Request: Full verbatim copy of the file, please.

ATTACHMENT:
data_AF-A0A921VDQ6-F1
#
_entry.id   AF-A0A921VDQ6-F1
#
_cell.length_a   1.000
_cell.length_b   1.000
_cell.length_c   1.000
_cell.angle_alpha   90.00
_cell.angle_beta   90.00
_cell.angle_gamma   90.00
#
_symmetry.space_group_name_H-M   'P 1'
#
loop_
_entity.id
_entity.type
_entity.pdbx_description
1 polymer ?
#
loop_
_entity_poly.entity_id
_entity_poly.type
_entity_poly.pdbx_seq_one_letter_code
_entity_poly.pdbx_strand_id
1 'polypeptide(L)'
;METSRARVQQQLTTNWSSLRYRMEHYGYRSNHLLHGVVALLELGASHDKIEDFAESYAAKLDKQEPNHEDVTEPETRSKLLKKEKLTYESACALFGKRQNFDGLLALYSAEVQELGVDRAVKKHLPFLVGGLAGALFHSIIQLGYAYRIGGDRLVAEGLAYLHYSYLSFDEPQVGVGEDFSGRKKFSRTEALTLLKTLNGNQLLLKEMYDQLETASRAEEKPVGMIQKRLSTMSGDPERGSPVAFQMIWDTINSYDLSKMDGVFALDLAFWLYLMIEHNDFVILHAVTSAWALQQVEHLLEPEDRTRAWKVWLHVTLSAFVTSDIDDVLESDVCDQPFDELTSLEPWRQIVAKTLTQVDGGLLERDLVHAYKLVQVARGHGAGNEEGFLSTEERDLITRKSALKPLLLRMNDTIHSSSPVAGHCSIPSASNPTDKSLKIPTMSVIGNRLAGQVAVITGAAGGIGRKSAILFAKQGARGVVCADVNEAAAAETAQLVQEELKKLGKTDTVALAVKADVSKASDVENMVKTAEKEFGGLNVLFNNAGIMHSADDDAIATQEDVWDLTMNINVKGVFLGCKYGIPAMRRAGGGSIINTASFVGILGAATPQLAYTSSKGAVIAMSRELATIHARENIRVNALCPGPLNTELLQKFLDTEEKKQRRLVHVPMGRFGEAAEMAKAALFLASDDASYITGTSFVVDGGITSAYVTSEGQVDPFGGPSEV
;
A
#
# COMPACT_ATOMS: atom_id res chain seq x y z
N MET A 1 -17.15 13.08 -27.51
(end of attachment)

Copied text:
data_AF-A0A921VDQ6-F1
#
_entry.id   AF-A0A921VDQ6-F1
#
_cell.length_a   1.000
_cell.length_b   1.000
_cell.length_c   1.000
_cell.angle_alpha   90.00
_cell.angle_beta   90.00
_cell.angle_gamma   90.00
#
_symmetry.space_group_name_H-M   'P 1'
#
loop_
_entity.id
_entity.type
_entity.pdbx_description
1 polymer ?
#
loop_
_entity_poly.entity_id
_entity_poly.type
_entity_poly.pdbx_seq_one_letter_code
_entity_poly.pdbx_strand_id
1 'polypeptide(L)'
;METSRARVQQQLTTNWSSLRYRMEHYGYRSNHLLHGVVALLELGASHDKIEDFAESYAAKLDKQEPNHEDVTEPETRSKLLKKEKLTYESACALFGKRQNFDGLLALYSAEVQELGVDRAVKKHLPFLVGGLAGALFHSIIQLGYAYRIGGDRLVAEGLAYLHYSYLSFDEPQVGVGEDFSGRKKFSRTEALTLLKTLNGNQLLLKEMYDQLETASRAEEKPVGMIQKRLSTMSGDPERGSPVAFQMIWDTINSYDLSKMDGVFALDLAFWLYLMIEHNDFVILHAVTSAWALQQVEHLLEPEDRTRAWKVWLHVTLSAFVTSDIDDVLESDVCDQPFDELTSLEPWRQIVAKTLTQVDGGLLERDLVHAYKLVQVARGHGAGNEEGFLSTEERDLITRKSALKPLLLRMNDTIHSSSPVAGHCSIPSASNPTDKSLKIPTMSVIGNRLAGQVAVITGAAGGIGRKSAILFAKQGARGVVCADVNEAAAAETAQLVQEELKKLGKTDTVALAVKADVSKASDVENMVKTAEKEFGGLNVLFNNAGIMHSADDDAIATQEDVWDLTMNINVKGVFLGCKYGIPAMRRAGGGSIINTASFVGILGAATPQLAYTSSKGAVIAMSRELATIHARENIRVNALCPGPLNTELLQKFLDTEEKKQRRLVHVPMGRFGEAAEMAKAALFLASDDASYITGTSFVVDGGITSAYVTSEGQVDPFGGPSEV
;
A
#
# COMPACT_ATOMS: atom_id res chain seq x y z
N MET A 1 -17.15 13.08 -27.51